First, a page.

March 19, 2002

Rebecca O'Malley (
213-251-3690 x302

David Wood
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Dude, Why Won't They Take Back My Dell?

New Report from Environmentalists and Waste Reduction Activists Challenges Dell To Take Its Share of Responsibility for Country's Growing E-Waste Problems

Los Angelese, CA -- Los Angeles: Environmentalists and waste reduction advocates today released a report which discusses the growing problem of electronic waste in the United States and calls on leading PC manufacturer Dell Computer to make a greater contribution to solving of problem by providing a take back program for its individual US customers which assures environmentally superior collection and recycling for each computer system at the end its useful life.

"The issue of electronic waste is hitting a crisis point in this country," said Rebecca O'Malley, program advocate of "The current number of obsolete computers in the US could cover the city of Los Angeles with a mountain 16 miles high; yet computer monitors and other components contain so much lead and other toxic materials that the average consumer cannot dispose of them safely and many states are banning them from landfills. In the absence of a plan for dealing with this mess, much of our electronic waste is ending up in foreign countries where it is disassembled under unsafe conditions and creates tremendous health and environmental problems. This country needs to come up with a better solution and we believe that the companies producing these products, especially market leaders such as Dell, must play a leading role by offering individual US consumers a safe, cost effective method for disposing of their computer products."

Discarded electronic equipment, so-called e-waste, is among the fastest growing waste streams in the industrialized world, owing to growing sales and rapid obsolescence of these products. Personal computers pose significant environmental and human health threats if improperly disposed. These products contain lead, mercury, cadmium, and plastics treated with dioxin-like compounds, to name only a few of the potential hazards.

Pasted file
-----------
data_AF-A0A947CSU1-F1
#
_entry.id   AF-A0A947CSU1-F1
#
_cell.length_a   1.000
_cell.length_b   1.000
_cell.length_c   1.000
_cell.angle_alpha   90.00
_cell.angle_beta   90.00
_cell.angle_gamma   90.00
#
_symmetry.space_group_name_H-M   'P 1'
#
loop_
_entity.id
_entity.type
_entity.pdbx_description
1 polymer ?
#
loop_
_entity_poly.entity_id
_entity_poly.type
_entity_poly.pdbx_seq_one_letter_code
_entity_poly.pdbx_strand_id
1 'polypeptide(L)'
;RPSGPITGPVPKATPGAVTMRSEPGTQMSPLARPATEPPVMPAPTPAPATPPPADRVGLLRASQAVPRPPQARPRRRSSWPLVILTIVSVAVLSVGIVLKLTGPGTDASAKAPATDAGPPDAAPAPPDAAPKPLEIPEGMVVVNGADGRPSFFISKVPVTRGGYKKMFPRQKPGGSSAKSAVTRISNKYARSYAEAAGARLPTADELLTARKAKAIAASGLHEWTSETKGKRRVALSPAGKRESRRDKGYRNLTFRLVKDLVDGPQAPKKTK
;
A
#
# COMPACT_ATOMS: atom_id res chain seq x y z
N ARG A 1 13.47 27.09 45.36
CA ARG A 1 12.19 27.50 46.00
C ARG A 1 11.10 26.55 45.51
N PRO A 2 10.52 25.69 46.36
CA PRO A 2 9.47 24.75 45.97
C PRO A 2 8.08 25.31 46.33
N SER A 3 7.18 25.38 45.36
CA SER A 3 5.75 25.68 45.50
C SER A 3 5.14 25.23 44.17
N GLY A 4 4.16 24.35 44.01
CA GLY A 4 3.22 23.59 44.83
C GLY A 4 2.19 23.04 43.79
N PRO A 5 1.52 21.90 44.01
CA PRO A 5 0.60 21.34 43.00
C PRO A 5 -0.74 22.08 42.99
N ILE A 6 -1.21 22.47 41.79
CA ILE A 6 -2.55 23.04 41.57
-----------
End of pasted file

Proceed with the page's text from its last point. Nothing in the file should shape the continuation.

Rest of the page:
In response, some American PC manufacturers, including IBM and Hewlett-Packard, have come up with programs which allow individual consumers to return their computers and computer components to the manufacturer, and the manufacturer then assumes responsibility for disposing of the item in an environmentally sound manner. Dell offers similar programs to its US business customers and to its individual customers in Europe, but not in the United States. The company offers auction, trade-up and donation services to its US customers who may want to get rid of a computer, but none of these programs actually addresses the issue of where the system will ultimately rest once it can no longer be used.

"Dell Computer has an improper double standard on this issue," says David Wood, Program Director of GrassRoots Recycling Network (GRRN). "If Dell manages to offer environmentally-sound take-back programs in so many other countries, and yet still makes sufficient profit to maintain its position as a market leader year after year, then it seems difficult to believe that the company could not assume similar responsibility for its share of the U.S. electronic waste problem while still achieving outstanding financial results," continued Wood.

Dell Computer Corporation has had continued sales, profit, and market share growth for the fourth quarter of its 2002 fiscal year, with earnings outperforming expectations for that quarter. It has also attained year-over-year growth in global unit shipments and is a continual market share leader in PC sales to individuals and institutions. Calendar 2001 was the first full year in which Dell led the global computer-systems industry, with nearly 14-percent market share. In the U.S., Dell's full-year share exceeded 25 percent, up almost six points from 2000. It is precisely this success, however, which has caused activists to question suggestions by the company that it could not provide for US consumers the same product end-of-life service that it provides in other countries. Dell's eCycle program in Europe, for example, collects equipment from consumers and then resells, refurbishes, recycles or otherwise disposes of it in an environmentally sound manner. and GRRN are both participants in the national Computer TakeBack Campaign designed to promote producer responsibility in the personal computer and consumer electronics industries. The Campaign's coalition includes representatives from environmental organizations, local governments, economists, investors, academics, design professionals, organized labor and students.

The report, "Dude, why won't they take back my old Dell?" as well as more detailed information about the Computer TakeBack Campaign, are available on the internet at and


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